Narrative has the potential to put conceptual issues into real-life contexts in a meaningful way. It’s easy in training to grasp concepts and then to think that you know how to perfectly help someone in a counseling situation. In reality, real-life counseling is rarely linear in nature, and is often complicated by a host of related factors. Training, then, should include more use of narrative and case studies to help people learn how to walk through a counseling situation. In Cutting: A Healing Response Jeremy Lelek gives readers a behind the scenes look at one particular person’s struggle with self-harm, and the process of counseling that individual. The use of narrative is helpful in clarifying the actual practice of counseling, but the booklet as a whole lacked the detailed exploration of basic principles that help frame that counseling narrative. Narrative must aid in the understanding of conceptual issues, not overshadow it.
Dr. Jeremy Lelek is president of the Association of Biblical Counselors, and of Metroplex Counseling in Dallas. He is one of the best voices in the current climate of Biblical counseling because he brings some much-needed nuance to the very definition of Biblical counseling. Cutting is just one volume in the ABC series The Gospel for Real Life, which seeks to apply the “timeless hope of Christ tot he unique struggles of modern believers.” Through the use of one young woman’s story, this volume seeks to point readers to Christ as the means of “hope, security, and healing” for their troubles.
Lelek uses the story of “Justine,” a twenty-one year old nursing student, as the lens through which to explore both the complexity of self-harm and the process of counseling. There’s much to appreciate about this use of narrative. On the one hand it provides readers with a tangible look at the complexity of the problem. Self-harm is the surface level symptom of a much deeper heart issue, a struggle that has a massive back story of hurt. Readers are reminder that people are complex and therefore navigating their problems requires getting as much of the whole picture of their life as we can. Readers are also guiding on ways to help sufferers navigate their past, manage their symptoms, and look to Christ. This story is a helpful lens through which to explore the conceptual issues, but only if you already know about some of those conceptual issues.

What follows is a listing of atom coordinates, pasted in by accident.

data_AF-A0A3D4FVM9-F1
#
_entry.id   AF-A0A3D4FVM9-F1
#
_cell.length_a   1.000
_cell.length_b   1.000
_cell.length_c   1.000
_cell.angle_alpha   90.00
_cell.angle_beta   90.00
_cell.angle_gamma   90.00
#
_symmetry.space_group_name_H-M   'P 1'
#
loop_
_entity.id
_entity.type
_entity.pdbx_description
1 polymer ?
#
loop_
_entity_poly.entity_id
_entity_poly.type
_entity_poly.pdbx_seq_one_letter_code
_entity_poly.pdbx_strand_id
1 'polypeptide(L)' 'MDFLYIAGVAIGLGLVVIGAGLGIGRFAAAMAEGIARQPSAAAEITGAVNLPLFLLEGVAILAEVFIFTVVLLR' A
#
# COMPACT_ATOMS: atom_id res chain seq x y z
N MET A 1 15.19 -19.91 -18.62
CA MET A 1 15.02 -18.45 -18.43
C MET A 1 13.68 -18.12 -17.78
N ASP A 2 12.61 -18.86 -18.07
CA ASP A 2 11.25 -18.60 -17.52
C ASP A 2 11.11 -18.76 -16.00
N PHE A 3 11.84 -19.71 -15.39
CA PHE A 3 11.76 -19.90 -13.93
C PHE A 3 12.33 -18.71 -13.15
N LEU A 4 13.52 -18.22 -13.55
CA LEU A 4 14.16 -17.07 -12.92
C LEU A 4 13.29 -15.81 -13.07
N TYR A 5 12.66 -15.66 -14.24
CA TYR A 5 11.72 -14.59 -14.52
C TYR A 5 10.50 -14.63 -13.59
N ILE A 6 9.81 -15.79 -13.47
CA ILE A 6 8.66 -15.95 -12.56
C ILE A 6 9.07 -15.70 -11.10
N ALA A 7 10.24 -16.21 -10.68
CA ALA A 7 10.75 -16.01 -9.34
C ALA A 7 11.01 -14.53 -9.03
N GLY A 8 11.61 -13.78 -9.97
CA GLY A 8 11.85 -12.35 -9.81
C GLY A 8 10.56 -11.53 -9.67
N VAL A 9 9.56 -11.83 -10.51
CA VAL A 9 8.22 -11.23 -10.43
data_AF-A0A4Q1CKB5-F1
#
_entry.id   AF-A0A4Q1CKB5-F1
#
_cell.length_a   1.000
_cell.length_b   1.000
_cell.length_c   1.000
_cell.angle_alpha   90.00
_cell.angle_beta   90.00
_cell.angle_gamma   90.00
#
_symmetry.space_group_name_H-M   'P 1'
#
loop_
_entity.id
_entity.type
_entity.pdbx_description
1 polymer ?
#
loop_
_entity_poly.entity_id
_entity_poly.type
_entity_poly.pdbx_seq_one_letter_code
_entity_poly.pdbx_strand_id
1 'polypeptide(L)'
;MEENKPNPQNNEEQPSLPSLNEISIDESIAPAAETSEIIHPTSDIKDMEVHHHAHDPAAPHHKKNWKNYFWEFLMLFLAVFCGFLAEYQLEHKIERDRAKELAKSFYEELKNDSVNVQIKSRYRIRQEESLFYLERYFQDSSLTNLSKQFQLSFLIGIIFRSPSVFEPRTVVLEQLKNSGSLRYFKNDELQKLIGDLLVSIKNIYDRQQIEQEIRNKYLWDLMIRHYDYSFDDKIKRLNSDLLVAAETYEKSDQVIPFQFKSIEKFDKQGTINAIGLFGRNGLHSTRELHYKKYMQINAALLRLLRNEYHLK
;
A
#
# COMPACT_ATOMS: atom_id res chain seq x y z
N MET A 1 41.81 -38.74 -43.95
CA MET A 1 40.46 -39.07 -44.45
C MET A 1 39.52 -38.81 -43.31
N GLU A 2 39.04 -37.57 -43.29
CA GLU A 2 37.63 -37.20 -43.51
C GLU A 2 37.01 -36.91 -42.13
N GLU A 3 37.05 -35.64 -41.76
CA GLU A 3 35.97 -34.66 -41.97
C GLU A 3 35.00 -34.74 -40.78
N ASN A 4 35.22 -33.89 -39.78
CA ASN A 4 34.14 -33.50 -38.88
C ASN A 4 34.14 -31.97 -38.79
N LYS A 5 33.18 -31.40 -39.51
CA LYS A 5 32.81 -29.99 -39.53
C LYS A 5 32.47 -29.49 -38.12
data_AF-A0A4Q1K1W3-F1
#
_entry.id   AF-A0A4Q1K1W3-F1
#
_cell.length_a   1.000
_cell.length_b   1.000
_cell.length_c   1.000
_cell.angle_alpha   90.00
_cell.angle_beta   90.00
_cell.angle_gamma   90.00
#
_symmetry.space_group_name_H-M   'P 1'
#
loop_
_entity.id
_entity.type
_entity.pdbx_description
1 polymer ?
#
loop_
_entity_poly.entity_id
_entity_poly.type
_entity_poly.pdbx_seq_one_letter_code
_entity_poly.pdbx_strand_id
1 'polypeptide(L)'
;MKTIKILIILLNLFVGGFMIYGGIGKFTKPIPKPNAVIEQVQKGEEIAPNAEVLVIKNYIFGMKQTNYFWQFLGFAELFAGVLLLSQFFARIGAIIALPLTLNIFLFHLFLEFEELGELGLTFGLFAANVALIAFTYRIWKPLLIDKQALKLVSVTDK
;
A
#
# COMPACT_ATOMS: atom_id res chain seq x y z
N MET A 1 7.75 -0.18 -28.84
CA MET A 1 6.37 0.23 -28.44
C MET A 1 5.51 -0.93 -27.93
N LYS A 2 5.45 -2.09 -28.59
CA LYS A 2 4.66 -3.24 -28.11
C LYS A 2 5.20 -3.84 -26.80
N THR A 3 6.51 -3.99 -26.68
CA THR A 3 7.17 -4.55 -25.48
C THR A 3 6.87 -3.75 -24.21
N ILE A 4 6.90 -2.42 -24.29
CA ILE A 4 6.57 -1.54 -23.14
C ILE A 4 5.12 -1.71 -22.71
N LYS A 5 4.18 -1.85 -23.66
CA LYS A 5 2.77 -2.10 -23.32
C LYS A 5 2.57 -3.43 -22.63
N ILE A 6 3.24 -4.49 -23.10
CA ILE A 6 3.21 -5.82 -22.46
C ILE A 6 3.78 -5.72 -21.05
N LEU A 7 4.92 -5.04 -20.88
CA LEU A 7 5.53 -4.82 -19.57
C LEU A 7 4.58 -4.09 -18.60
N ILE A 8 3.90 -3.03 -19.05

One of the challenges of focusing on narrative in writing a booklet is that it can serve as purely anecdotal information. This is how one case of self-harm worked out. It doesn’t actually tell me as much about the nature of the problem as a whole. There’s not a lot of detail about the definition of self-harm, the common motivations behind the behavior, nor the basic concepts to be addressed in counseling or the skills needed to help a person rests temptation. We get a good look at one case, but one case is simply one case. Narrative is useful, and a powerful illustration of the principles. But, without a more comprehensive exploration of the conceptual issues the narrative is just a story. A counseling training tool needs more.
Jeremy Lelek is a great writer and a competent counselor. Cutting: A Healing Response is a good book, it’s just an incomplete tool for those wanting to learn how to navigate this particular struggle in a counseling session. If read in conjunction with more detailed works this could provide a helpful look at the actual counseling situation.